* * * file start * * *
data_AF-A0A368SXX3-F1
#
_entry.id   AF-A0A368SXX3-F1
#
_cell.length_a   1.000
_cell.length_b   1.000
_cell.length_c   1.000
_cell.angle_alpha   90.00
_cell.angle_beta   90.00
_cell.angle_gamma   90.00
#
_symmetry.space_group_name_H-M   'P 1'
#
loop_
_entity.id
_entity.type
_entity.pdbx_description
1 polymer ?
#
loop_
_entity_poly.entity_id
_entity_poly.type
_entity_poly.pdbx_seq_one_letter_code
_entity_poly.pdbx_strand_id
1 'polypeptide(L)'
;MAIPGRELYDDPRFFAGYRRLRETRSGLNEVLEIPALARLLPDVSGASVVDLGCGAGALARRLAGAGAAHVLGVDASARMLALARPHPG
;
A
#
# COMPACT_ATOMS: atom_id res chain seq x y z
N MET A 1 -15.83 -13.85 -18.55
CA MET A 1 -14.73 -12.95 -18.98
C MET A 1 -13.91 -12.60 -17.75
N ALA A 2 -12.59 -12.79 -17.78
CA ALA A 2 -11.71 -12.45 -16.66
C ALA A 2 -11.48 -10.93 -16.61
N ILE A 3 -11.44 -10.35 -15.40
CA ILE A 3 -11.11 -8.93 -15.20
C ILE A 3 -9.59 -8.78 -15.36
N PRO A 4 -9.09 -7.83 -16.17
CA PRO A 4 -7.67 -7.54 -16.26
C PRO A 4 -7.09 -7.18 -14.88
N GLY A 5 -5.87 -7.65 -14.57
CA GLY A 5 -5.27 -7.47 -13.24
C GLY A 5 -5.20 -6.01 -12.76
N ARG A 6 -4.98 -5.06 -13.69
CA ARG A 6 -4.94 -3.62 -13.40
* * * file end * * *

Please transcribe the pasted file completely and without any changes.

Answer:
data_AF-A0A368SXX3-F1
#
_entry.id   AF-A0A368SXX3-F1
#
_cell.length_a   1.000
_cell.length_b   1.000
_cell.length_c   1.000
_cell.angle_alpha   90.00
_cell.angle_beta   90.00
_cell.angle_gamma   90.00
#
_symmetry.space_group_name_H-M   'P 1'
#
loop_
_entity.id
_entity.type
_entity.pdbx_description
1 polymer ?
#
loop_
_entity_poly.entity_id
_entity_poly.type
_entity_poly.pdbx_seq_one_letter_code
_entity_poly.pdbx_strand_id
1 'polypeptide(L)'
;MAIPGRELYDDPRFFAGYRRLRETRSGLNEVLEIPALARLLPDVSGASVVDLGCGAGALARRLAGAGAAHVLGVDASARMLALARPHPG
;
A
#
# COMPACT_ATOMS: atom_id res chain seq x y z
N MET A 1 -15.83 -13.85 -18.55
CA MET A 1 -14.73 -12.95 -18.98
C MET A 1 -13.91 -12.60 -17.75
N ALA A 2 -12.59 -12.79 -17.78
CA ALA A 2 -11.71 -12.45 -16.66
C ALA A 2 -11.48 -10.93 -16.61
N ILE A 3 -11.44 -10.35 -15.40
CA ILE A 3 -11.11 -8.93 -15.20
C ILE A 3 -9.59 -8.78 -15.36
N PRO A 4 -9.09 -7.83 -16.17
CA PRO A 4 -7.67 -7.54 -16.26
C PRO A 4 -7.09 -7.18 -14.88
N GLY A 5 -5.87 -7.65 -14.57
CA GLY A 5 -5.27 -7.47 -13.24
C GLY A 5 -5.20 -6.01 -12.76
N ARG A 6 -4.98 -5.06 -13.69
CA ARG A 6 -4.94 -3.62 -13.40